“No one has a crystal ball, but confidence is high and we expect to begin at a good level and grow from there – that’s my patented line,” he said. “There is a lot more going on than meets the eye, and there is a frustration that we have to respect confidentiality agreements and can’t share a lot of
what we know.”
Pushed harder to put a figure on the likely Prototype grid for 2017, and he replied: “The same number that has been our typical Prototype grid. We had eight cars last time out at Road America [at the start of August] and I would say that we should reach that figure or surpass it.”
Atherton also noted that IMSA is expecting additional entries for the pair of IMSA blue riband enduros at Daytona and Sebring that kick off the American season in January and March.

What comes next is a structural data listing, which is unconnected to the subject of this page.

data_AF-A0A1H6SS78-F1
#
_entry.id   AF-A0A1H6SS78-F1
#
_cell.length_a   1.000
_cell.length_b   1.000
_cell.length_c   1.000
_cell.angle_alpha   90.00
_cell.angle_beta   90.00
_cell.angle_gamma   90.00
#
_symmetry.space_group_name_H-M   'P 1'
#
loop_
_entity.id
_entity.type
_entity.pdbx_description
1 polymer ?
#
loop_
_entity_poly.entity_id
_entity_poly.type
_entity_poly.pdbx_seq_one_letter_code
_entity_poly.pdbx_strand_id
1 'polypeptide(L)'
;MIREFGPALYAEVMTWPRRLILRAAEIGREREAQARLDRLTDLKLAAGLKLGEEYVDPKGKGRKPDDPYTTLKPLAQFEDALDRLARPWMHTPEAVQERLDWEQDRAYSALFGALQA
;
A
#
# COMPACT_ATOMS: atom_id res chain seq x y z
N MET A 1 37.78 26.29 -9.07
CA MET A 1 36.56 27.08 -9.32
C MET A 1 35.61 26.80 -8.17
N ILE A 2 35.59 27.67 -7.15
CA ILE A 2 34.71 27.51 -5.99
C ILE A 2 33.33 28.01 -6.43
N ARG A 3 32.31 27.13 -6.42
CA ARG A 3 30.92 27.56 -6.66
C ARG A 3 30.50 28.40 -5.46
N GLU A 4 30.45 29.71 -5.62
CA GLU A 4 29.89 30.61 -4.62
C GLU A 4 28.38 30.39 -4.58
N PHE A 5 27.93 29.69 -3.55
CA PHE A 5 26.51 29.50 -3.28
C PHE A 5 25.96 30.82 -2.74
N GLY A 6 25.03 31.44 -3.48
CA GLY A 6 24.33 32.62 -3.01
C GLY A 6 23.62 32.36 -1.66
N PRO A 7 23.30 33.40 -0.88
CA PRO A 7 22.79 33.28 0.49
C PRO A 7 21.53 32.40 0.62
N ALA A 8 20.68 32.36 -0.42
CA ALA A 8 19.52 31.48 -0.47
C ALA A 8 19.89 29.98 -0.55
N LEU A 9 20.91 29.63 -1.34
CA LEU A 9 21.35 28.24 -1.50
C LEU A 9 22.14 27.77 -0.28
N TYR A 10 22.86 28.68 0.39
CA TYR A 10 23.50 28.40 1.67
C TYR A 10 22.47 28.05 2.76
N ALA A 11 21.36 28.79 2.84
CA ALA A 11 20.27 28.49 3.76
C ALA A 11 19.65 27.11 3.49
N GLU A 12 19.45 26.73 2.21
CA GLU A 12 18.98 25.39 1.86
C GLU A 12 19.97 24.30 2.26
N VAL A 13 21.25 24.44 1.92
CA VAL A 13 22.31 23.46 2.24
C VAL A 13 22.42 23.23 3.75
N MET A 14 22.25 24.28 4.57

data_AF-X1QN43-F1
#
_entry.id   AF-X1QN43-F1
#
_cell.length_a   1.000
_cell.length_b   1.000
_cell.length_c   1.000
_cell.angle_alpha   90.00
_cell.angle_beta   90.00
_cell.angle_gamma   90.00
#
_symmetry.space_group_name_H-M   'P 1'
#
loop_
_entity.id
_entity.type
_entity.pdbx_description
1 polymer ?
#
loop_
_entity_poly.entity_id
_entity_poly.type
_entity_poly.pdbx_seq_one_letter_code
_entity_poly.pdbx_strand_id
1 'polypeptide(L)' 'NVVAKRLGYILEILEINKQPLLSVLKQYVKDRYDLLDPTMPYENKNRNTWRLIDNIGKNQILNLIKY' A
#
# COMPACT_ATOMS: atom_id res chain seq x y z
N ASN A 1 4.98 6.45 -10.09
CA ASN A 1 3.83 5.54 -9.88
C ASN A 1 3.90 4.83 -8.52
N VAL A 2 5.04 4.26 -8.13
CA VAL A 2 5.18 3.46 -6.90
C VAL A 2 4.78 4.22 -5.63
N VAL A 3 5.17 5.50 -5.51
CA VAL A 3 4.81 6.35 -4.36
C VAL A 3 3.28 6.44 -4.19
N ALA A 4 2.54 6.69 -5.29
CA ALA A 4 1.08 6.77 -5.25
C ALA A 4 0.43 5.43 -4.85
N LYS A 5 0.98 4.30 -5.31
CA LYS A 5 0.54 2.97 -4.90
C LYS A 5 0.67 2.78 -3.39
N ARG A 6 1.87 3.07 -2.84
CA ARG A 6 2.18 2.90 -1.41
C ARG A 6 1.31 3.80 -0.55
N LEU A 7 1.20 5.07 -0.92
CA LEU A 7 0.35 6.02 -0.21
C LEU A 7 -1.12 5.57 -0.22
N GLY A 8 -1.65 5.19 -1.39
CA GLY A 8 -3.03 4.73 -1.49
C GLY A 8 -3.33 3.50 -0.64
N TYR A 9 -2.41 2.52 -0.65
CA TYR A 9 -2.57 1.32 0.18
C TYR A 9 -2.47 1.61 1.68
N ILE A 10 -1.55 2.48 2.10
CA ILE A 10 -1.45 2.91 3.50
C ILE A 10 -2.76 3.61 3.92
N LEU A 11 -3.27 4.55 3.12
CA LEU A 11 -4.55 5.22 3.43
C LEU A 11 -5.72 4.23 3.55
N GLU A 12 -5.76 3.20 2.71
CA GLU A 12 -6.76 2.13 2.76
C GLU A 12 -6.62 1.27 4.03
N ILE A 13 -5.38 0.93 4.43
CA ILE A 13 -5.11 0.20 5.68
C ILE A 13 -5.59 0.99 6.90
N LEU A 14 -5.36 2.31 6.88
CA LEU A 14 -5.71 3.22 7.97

CAN DPI WORK?
Atherton insists that there is real interest in the DPi concept, though he does concede that only two manufacturers will be on the grid next season. He’s not allowed to name them as yet, but they are General Motors with the Cadillac brand and Mazda. They have respectively signed up with Dallara and Riley/Multimatic to develop DPis.
“A significant number of manufacturers have expressed an interest,” he said. “Right now we have two firm commitments and two or three in process. Two is a good launch pad, and we are confident that it will grow from there.”
THE 2018 CONUNDRUM
IMSA has a pressing need to evolve the field through 2017 after announcing that its secondary class for full-house racing cars, the Prototype Challenge open to the one-make ORECA-Chevrolet FLM09, will end on schedule after next season. More pertinently it will not be replaced.